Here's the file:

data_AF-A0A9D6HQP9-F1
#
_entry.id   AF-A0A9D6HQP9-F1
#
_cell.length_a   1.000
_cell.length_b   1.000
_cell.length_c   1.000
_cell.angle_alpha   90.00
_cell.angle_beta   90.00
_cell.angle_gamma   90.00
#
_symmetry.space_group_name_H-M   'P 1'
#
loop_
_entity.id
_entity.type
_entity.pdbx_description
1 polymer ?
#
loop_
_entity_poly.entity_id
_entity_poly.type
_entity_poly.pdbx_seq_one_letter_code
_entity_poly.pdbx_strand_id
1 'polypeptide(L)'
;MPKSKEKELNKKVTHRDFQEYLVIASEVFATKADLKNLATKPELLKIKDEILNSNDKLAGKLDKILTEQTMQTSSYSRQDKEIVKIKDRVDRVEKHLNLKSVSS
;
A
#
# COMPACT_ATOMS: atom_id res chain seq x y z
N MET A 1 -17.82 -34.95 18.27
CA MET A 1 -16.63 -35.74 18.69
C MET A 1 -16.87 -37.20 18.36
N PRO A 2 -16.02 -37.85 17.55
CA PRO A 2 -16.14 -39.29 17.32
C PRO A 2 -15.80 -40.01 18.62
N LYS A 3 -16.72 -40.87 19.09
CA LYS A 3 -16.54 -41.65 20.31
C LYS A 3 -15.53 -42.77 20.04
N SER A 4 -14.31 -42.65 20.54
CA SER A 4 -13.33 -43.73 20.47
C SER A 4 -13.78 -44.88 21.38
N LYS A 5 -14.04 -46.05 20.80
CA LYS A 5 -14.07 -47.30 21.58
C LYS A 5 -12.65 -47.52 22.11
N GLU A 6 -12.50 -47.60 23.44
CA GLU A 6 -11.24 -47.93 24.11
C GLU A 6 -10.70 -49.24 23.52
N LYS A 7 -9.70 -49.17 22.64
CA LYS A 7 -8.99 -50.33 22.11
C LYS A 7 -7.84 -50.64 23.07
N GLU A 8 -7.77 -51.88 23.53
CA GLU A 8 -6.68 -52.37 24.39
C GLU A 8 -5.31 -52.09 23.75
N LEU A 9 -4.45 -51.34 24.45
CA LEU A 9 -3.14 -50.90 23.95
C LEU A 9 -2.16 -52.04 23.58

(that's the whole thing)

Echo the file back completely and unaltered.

data_AF-A0A9D6HQP9-F1
#
_entry.id   AF-A0A9D6HQP9-F1
#
_cell.length_a   1.000
_cell.length_b   1.000
_cell.length_c   1.000
_cell.angle_alpha   90.00
_cell.angle_beta   90.00
_cell.angle_gamma   90.00
#
_symmetry.space_group_name_H-M   'P 1'
#
loop_
_entity.id
_entity.type
_entity.pdbx_description
1 polymer ?
#
loop_
_entity_poly.entity_id
_entity_poly.type
_entity_poly.pdbx_seq_one_letter_code
_entity_poly.pdbx_strand_id
1 'polypeptide(L)'
;MPKSKEKELNKKVTHRDFQEYLVIASEVFATKADLKNLATKPELLKIKDEILNSNDKLAGKLDKILTEQTMQTSSYSRQDKEIVKIKDRVDRVEKHLNLKSVSS
;
A
#
# COMPACT_ATOMS: atom_id res chain seq x y z
N MET A 1 -17.82 -34.95 18.27
CA MET A 1 -16.63 -35.74 18.69
C MET A 1 -16.87 -37.20 18.36
N PRO A 2 -16.02 -37.85 17.55
CA PRO A 2 -16.14 -39.29 17.32
C PRO A 2 -15.80 -40.01 18.62
N LYS A 3 -16.72 -40.87 19.09
CA LYS A 3 -16.54 -41.65 20.31
C LYS A 3 -15.53 -42.77 20.04
N SER A 4 -14.31 -42.65 20.54
CA SER A 4 -13.33 -43.73 20.47
C SER A 4 -13.78 -44.88 21.38
N LYS A 5 -14.04 -46.05 20.80
CA LYS A 5 -14.07 -47.30 21.58
C LYS A 5 -12.65 -47.52 22.11
N GLU A 6 -12.50 -47.60 23.44
CA GLU A 6 -11.24 -47.93 24.11
C GLU A 6 -10.70 -49.24 23.52
N LYS A 7 -9.70 -49.17 22.64
CA LYS A 7 -8.99 -50.33 22.11
C LYS A 7 -7.84 -50.64 23.07
N GLU A 8 -7.77 -51.88 23.53
CA GLU A 8 -6.68 -52.37 24.39
C GLU A 8 -5.31 -52.09 23.75
N LEU A 9 -4.45 -51.34 24.45
CA LEU A 9 -3.14 -50.90 23.95
C LEU A 9 -2.16 -52.04 23.58